For the TCU theatre department, summer without Shakespeare just didn’t seem sweet.
“A community that is as rich in culture and fine arts as Fort Worth, it needs to have a professional Shakespeare company,” said Harry Parker, theatre department chair. “It’s really a dearth.”
Parker and associate theatre professor T. J. Walsh hope to help fill that void with the June 2009 debut of the Trinity Shakespeare Festival at TCU.
“Our goal is to do Shakespeare professionally, and do it well,” said Walsh, the project’s artistic director. “If we do that, this festival can last a long, long time.”
Allied Theatre Group at Stage West brought the Bard to local audiences every summer via the city’s Shakespeare in the Park program. However, the 25-year-old series folded before the 2002 season due to a lack of public funding, the group’s spokesman Jerry Russell wrote in an e-mail.
This latest take on the Shakespeare summer program is made possible by a grant from the university’s Vision in Action fund, which allocates money to programs that will enhance TCU’s academic profile. Walsh said the university will provide a total of $272,000 to cover production costs during the festival’s first and second year.
“The festival wouldn’t happen if we hadn’t secured the grant,” said Parker, who will act as the event’s managing director. “If we sold every ticket possible for every performance in the summer of 2009, it wouldn’t even come close to meeting our expenses.”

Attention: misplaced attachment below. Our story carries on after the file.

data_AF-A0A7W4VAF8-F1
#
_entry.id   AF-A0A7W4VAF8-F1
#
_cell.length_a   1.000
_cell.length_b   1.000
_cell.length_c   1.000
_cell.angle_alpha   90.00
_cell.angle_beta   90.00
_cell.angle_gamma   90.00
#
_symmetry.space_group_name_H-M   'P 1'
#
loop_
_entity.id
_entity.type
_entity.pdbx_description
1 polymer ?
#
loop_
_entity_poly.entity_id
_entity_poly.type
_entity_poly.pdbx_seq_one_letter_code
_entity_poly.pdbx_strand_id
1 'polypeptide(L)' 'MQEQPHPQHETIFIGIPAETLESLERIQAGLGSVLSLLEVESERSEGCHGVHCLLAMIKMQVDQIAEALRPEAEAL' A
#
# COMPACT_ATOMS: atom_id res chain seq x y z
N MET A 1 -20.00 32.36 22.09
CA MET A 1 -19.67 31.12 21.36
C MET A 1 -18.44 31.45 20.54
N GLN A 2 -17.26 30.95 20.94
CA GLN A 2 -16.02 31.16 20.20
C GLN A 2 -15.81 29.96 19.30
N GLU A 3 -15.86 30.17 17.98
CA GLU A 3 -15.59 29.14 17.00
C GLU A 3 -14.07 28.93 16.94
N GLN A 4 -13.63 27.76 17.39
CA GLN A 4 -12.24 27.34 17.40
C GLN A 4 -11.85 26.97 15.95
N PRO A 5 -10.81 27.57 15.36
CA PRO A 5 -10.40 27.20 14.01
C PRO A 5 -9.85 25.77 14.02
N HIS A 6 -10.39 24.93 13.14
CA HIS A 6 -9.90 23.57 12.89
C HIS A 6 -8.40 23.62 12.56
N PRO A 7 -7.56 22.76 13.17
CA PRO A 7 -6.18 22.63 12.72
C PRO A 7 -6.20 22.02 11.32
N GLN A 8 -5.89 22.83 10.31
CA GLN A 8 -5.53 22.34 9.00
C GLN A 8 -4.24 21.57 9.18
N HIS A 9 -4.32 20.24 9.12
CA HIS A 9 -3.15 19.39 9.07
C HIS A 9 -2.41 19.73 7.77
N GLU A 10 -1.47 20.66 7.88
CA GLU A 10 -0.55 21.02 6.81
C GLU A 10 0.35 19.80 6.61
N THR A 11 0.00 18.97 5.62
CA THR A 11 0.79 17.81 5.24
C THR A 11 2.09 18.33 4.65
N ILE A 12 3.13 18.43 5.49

Parker said money from the grant will cover the price tag of hiring professional actors, directors and designers to work alongside TCU theatre students in producing two of Shakespeare’s most popular plays, “Romeo and Juliet” and “Twelfth Night.” The actors will perform the shows in repertory, meaning the same cast will perform in both shows on alternating nights. Saturdays will feature a matinee and an evening show, so theatergoers have the option of seeing both shows in one day. Tickets are expected to sell for about $20.
Anticipation is already building for the festival’s debut.
“People kept asking us when the Shakespeare festival was going to come back,” Walsh said. “It’s tradition. He’s considered the greatest writer in the English language and he needs to be seen.”